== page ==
Module AUTOSENDIMG 302 determines when an image file, such as a TIFF file or JPEG file, is stored in a specified file folder. When an image file is recognized, module 302 preferably converts it to DICOM format and transmits the formatted file to DICOM Server 2. In a preferred embodiment, module 302 recognizes when the name of the image file employs a particular format, such as PatientName-PatientID-StudyUID (e.g., names of data fields that represent a patient and study), and module 302 preferably uses these data when converting an image file to the DICOM format. Moreover, module 302 preferably references an American Standard Code for Information Interchange (“ASCII”) text file (e.g., named “config.txt”) in order to retrieve and add information, such as Institution Name, Study Description and Modality.
In accordance with the MICROSOFT WINDOWS operating system, module 302 preferably operates as a background application and is represented by an icon in the toolbar. When the icon is selected, a user interface, substantially as shown in
Continuing with reference to
Referring back to
In a preferred embodiment, the present invention provides data in a format for a database accessible by information processor 2, and not particular to CONQUEST or EFILM. By using an internal database that is continually updated via DICOM queries to the DICOM server, the overall process is streamlined by not having to transmit an entire DICOM examination to the CONQUEST or EFILM database in order to produce the PDF fax cover sheets. or HTI text files. Further, by substituting repeated DICOM queries to the target DICOM server, instead of automatically transmitting the entire examination, a significant bandwidth, transmittal time, and storage space savings is produced. The query process ‘asks’ the target DICOM server if any new studies have arrived. If the results to the query indicates new studies, the relevant DICOM tags are pulled from the new study and added to the internal database. Thereafter, the relevant DICOM tags for the examination are transmitted instead of the entire examination, which may include hundreds of images. The inventor believes this is the most parsimonious approach toward updating the local internal database, and allows use of this single database for all relevant modules.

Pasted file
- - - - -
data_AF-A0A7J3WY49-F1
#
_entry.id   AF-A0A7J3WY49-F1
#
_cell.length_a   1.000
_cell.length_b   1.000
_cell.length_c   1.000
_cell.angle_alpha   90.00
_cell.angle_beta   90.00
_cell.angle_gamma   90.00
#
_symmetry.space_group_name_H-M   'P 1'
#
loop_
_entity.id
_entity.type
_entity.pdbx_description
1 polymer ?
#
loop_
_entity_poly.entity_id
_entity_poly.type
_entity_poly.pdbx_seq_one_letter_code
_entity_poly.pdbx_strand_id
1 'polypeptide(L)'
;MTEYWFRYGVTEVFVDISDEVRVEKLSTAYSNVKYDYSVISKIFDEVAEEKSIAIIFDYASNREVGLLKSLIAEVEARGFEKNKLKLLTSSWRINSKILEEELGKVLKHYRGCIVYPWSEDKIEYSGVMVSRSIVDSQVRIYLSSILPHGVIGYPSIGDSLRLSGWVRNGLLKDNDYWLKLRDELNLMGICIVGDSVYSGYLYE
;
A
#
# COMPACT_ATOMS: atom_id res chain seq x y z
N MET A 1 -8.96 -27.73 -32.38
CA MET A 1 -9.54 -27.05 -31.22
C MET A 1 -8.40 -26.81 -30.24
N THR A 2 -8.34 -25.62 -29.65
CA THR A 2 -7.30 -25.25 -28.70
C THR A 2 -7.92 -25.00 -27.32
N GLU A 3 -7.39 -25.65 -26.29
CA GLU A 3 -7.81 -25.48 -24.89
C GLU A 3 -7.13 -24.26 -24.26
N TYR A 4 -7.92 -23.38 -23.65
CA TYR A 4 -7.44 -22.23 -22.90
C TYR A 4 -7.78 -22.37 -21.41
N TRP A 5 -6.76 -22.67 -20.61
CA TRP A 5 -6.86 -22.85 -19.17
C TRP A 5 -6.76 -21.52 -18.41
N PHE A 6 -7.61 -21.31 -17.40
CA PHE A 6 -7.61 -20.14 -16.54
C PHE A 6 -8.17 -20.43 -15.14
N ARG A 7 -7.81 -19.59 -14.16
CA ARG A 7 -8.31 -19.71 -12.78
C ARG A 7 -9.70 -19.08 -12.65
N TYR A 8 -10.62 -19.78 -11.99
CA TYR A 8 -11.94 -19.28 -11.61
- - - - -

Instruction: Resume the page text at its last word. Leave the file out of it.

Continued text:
As used herein, the “console” refers, generally, to a command line, such as invoked from the MICROSOFT WINDOWS command prompt, also known in the industry as a “C prompt.” One skilled in the art will recognize that the letter C can be substituted for any other respective drive letter, and that any operating system, such as UNIX, which provides a prompt for command line execution is applicable herein.
In a preferred embodiment, tagged file formats and Acrobat PDF Fax Cover files are provided according to predetermined specifications that correspond with the particular format for the data. For example, one type of query may be provided for EFILM data files, and another type of query may be provided for CONQUEST data files. Preferably, queries are formatted for a database maintained by information processor 2, such as a MICROSOFT ACCESS or other SQL compliant database.
Continuing with reference to
In a preferred embodiment of the present invention, selecting the cross icon in the upper right corner of display screen 448 does not result in termination of the module 306. Instead, selecting the cross icon merely minimizes the window to the toolbar near the clock. In order to close terminate module 306, the user preferably selects (e.g., “right clicks”) on the tray icon and a pop-up menu is shown, such as illustrated in
As noted above, the present invention is operable by executing “console” commands at a command line prompt. The following are example parameters that are meaningful when invoking module 302 via the console. In a preferred embodiment, one parameter is used at a time. In a preferred embodiment, all of the parameters submitted via the graphic user interface, such as illustrated in
Referring back to
In a preferred embodiment, each feature available via DICOMadder module 308 preferably performs one or more functions related to the task of attaching non-DICOM paperwork/clinical data to a DICOM examination. Some can be run concurrently with each other. Others have special functions such as allowing entry of certain DICOM tags as part of the conversion, or allow e-mail attachments in TIFF/JPEG format to automatically convert itself to DICOM format. Using various combinations of these utilities and applications allows for different hardware and software configurations to carry out the process of adding non-digital patient data directly to specific DICOM image examinations.